At the time he received this information, Detective Chevalier was off duty. However, since the informant told Detective Chevalier where he thought the vehicle might be located, Detective Chevalier called Officer Lamkin, also of the Alexandria Police Department, and conveyed the information to him. Officer Lamkin drove to the part of town where the suspect GTO was allegedly located. At approximately 12:15 a. m. on April 4, 1976 Officer Lamkin noticed the suspect vehicle and began to follow it. The driver, Frank Lain, stopped the car, got out, and walked back to the officer's vehicle. At that point Officer Lamkin exited his car, identified himself as a police officer, and stated: "I [have] probable cause to search [your] car for narcotics." Lamkin then instructed Miss Tracy Lolan, a passenger in the defendant's vehicle, to get out of the car and he searched the passenger compartment.

In the ash tray Lamkin found five "roaches." He then placed defendant under arrest for possession of marijuana and advised him of his Miranda rights. Officer Lamkin then asked defendant for a key to the trunk, saying: "Well, I'm going to have to get into your trunk because, you know, I'm looking for a large quantity of narcotics and they were not in the front and I'm going to get into the trunk of your car." Defendant claimed to not have a key to the trunk. A number of people began to gather around the scene (a residential neighborhood), several backup police units had arrived and their red lights were flashing. Officer Lamkin then determined to have the defendant's car towed to the police station where it could properly be searched.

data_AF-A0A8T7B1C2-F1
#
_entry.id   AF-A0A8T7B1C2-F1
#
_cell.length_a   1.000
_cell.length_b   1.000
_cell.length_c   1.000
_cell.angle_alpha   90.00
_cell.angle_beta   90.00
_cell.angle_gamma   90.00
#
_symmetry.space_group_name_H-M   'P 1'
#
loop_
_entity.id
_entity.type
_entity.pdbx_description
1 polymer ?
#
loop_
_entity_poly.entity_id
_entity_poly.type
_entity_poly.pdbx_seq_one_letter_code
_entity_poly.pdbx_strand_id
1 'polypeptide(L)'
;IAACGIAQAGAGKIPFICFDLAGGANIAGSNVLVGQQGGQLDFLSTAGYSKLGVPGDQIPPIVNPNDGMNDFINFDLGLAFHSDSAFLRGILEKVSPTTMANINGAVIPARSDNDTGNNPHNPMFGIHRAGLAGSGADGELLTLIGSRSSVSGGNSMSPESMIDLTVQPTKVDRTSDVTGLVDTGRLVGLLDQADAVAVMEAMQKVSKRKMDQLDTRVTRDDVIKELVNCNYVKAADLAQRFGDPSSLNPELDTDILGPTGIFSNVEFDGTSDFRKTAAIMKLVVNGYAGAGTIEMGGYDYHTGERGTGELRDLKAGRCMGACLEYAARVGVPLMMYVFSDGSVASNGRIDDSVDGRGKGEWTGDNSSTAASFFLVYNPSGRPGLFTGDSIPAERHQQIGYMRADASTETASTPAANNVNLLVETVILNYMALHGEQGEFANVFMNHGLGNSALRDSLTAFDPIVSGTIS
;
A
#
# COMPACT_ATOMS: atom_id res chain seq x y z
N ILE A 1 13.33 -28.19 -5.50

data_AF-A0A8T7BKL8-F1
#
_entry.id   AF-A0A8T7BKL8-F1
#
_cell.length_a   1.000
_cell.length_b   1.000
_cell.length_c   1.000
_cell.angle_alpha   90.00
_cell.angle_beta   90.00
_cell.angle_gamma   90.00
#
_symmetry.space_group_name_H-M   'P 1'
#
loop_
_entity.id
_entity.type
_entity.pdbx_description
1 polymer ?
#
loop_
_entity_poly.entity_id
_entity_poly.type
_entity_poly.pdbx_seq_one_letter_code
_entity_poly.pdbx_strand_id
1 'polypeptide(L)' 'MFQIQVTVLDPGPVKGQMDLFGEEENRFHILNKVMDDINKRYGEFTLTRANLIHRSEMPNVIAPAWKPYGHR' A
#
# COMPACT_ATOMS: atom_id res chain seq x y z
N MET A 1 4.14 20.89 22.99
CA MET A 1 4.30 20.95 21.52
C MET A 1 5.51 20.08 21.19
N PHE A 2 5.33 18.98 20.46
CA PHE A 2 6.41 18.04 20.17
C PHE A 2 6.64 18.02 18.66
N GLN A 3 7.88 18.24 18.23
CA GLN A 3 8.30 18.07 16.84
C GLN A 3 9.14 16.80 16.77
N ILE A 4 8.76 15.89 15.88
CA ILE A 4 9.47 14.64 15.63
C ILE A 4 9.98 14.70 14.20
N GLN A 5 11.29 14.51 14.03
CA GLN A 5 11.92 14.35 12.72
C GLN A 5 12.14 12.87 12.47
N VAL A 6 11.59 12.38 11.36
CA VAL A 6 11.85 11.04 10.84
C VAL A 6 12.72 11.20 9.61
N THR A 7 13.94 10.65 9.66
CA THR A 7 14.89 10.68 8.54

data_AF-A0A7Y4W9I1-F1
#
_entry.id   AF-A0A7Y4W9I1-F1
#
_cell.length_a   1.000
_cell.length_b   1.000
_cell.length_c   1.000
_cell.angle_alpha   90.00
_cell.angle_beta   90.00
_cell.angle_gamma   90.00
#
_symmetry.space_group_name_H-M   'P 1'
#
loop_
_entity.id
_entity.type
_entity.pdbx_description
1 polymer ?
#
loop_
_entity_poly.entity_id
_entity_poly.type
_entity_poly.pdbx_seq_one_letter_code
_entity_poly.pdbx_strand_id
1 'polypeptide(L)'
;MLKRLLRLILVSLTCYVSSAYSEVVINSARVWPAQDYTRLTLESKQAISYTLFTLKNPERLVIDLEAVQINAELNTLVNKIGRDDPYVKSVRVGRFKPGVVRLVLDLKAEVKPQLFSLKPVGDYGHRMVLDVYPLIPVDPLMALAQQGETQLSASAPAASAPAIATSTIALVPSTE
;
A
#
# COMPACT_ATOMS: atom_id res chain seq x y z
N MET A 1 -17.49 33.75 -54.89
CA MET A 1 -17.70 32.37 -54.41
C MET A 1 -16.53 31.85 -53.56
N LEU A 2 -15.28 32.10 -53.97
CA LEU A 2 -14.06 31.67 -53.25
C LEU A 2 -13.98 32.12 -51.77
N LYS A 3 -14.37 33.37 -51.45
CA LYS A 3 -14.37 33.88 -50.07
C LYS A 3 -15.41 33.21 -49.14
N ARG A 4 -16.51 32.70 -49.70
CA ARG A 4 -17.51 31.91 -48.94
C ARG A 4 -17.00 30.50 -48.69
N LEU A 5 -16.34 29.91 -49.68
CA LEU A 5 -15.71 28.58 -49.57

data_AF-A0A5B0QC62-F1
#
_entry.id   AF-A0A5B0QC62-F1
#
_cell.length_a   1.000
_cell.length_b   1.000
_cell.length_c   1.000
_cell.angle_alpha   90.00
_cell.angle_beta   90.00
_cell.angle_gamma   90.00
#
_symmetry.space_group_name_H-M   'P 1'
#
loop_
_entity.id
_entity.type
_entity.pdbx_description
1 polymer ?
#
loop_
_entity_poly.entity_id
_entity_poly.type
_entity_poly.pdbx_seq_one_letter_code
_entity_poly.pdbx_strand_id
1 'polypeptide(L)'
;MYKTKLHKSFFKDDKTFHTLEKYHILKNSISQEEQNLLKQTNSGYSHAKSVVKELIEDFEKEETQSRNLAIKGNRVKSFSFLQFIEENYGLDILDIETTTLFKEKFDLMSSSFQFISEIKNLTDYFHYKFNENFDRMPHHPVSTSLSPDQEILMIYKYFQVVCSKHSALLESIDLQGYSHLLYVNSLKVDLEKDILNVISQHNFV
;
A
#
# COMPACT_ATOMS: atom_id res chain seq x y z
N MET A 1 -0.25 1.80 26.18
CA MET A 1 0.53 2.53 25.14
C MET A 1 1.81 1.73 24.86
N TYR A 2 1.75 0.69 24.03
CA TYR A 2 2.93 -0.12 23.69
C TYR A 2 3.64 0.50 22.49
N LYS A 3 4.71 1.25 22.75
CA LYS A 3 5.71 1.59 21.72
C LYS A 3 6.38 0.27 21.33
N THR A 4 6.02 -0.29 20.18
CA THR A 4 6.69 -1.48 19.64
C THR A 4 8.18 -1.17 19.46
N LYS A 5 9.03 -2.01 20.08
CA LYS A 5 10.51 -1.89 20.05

Defendant was taken by the police to the station, and after being booked, was placed *170 in jail. Once the wrecker delivered the car to the station, Officer Lamkin, still without a key to the trunk, removed the back seat and directed a flashlight into the trunk compartment through holes cut for speakers. He saw a large plastic bag, but was unable to determine what the contents of the bag might be. At this moment defendant's father arrived and Mr. Lain was told that his son was arrested for possession of marijuana and that the police intended to open the trunk by forcing the lock, if necessary. Mr. Lain agreed to go home and get a spare key to the trunk of his son's car. He returned some thirty minutes later with the key. The trunk was opened (at about 2:00 a. m.) and approximately eleven pounds of marijuana were found inside the plastic bag. (It is undisputed that valid consent was not obtained to search the trunk). On the basis of the discovery of this large amount of marijuana, defendant was charged with possession with intent to distribute and ultimately pleaded guilty to this charge.